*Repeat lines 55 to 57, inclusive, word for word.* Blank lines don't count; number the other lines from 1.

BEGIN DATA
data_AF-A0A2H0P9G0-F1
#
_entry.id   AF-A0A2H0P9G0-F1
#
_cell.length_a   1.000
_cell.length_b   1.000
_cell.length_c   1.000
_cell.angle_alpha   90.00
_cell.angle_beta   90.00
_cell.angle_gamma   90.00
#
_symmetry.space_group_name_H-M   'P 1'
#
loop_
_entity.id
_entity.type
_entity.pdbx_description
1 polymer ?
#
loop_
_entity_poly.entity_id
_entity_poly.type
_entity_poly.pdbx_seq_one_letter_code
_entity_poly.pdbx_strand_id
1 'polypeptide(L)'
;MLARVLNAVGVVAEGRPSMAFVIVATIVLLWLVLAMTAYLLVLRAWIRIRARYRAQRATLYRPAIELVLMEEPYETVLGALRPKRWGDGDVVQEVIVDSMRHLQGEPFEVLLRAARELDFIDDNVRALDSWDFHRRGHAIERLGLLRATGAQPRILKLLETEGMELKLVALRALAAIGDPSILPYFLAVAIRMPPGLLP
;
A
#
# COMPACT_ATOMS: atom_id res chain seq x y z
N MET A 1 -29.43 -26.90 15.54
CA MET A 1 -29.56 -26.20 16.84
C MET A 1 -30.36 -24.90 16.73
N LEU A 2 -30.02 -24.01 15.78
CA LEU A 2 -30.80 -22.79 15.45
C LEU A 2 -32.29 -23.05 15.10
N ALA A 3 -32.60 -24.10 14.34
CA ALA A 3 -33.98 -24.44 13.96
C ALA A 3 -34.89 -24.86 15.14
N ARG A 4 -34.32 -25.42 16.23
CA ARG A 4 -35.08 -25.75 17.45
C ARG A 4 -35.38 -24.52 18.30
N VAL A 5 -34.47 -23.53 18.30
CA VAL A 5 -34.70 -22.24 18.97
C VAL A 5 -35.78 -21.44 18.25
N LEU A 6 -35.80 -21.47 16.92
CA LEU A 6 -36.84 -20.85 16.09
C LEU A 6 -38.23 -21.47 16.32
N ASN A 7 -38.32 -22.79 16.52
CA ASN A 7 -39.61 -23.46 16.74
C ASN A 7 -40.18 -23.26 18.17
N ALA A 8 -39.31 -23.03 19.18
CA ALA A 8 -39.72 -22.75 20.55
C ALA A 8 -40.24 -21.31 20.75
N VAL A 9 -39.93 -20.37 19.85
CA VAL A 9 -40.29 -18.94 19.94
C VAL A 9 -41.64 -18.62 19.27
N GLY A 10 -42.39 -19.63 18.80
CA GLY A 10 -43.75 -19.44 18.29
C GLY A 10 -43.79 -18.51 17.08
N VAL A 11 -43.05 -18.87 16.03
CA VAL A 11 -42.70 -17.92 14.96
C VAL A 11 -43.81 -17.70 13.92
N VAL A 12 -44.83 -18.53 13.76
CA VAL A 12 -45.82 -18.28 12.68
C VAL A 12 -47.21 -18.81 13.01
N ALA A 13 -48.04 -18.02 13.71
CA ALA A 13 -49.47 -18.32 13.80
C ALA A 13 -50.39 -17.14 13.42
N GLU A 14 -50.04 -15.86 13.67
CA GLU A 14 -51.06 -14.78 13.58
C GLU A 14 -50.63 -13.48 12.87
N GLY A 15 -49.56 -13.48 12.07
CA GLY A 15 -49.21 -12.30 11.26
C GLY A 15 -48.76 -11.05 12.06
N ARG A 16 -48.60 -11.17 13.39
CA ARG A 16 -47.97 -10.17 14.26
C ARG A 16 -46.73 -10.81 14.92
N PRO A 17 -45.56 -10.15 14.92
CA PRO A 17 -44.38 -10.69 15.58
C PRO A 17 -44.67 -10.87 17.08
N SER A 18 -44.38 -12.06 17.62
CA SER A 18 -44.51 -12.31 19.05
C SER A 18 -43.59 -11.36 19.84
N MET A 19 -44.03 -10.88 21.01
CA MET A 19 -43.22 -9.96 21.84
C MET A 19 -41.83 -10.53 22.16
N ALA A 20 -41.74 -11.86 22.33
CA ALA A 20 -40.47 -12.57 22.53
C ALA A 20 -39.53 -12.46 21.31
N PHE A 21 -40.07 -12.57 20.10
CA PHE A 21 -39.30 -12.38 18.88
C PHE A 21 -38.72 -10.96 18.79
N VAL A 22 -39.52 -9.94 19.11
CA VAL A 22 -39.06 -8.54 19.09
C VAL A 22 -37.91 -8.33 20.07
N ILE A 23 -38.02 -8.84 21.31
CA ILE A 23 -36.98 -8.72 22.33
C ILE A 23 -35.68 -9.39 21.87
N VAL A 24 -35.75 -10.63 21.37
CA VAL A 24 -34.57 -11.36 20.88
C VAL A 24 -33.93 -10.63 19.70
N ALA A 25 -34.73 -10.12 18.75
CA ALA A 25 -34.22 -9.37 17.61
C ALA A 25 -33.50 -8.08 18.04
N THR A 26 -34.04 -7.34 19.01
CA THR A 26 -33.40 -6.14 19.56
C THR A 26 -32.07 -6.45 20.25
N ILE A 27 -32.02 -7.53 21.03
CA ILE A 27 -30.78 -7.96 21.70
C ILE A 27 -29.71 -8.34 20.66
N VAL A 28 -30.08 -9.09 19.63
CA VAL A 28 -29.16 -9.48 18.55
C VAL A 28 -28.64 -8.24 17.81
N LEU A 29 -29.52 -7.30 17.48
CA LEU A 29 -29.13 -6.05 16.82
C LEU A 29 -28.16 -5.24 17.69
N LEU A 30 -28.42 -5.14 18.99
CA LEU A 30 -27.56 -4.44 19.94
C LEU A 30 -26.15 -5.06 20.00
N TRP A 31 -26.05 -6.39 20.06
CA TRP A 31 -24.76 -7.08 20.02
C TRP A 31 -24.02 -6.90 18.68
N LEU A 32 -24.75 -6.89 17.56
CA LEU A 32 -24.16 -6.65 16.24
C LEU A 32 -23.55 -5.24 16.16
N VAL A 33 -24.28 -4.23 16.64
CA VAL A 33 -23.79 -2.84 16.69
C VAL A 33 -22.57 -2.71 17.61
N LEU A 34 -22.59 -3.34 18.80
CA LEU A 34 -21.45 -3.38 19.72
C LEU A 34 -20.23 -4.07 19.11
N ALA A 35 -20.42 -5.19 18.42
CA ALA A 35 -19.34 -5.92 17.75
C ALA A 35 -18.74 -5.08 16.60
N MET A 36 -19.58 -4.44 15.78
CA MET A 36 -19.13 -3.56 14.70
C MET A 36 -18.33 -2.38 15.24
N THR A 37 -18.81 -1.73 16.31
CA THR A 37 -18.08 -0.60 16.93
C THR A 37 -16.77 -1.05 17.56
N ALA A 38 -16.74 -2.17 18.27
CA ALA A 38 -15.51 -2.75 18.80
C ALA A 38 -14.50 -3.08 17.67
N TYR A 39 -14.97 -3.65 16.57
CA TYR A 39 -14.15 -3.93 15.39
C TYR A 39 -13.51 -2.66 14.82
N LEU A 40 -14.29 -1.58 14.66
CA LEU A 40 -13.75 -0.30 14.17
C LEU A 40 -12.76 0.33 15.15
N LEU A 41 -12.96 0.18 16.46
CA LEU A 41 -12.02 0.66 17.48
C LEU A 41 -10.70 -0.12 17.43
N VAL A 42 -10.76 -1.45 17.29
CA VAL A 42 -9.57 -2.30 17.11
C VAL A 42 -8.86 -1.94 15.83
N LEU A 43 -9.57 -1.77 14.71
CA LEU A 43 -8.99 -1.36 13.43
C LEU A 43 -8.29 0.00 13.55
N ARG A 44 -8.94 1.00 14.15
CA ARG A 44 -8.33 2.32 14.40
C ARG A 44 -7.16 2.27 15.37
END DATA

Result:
N VAL A 9 -39.93 -20.37 19.85
CA VAL A 9 -40.29 -18.94 19.94
C VAL A 9 -41.64 -18.62 19.27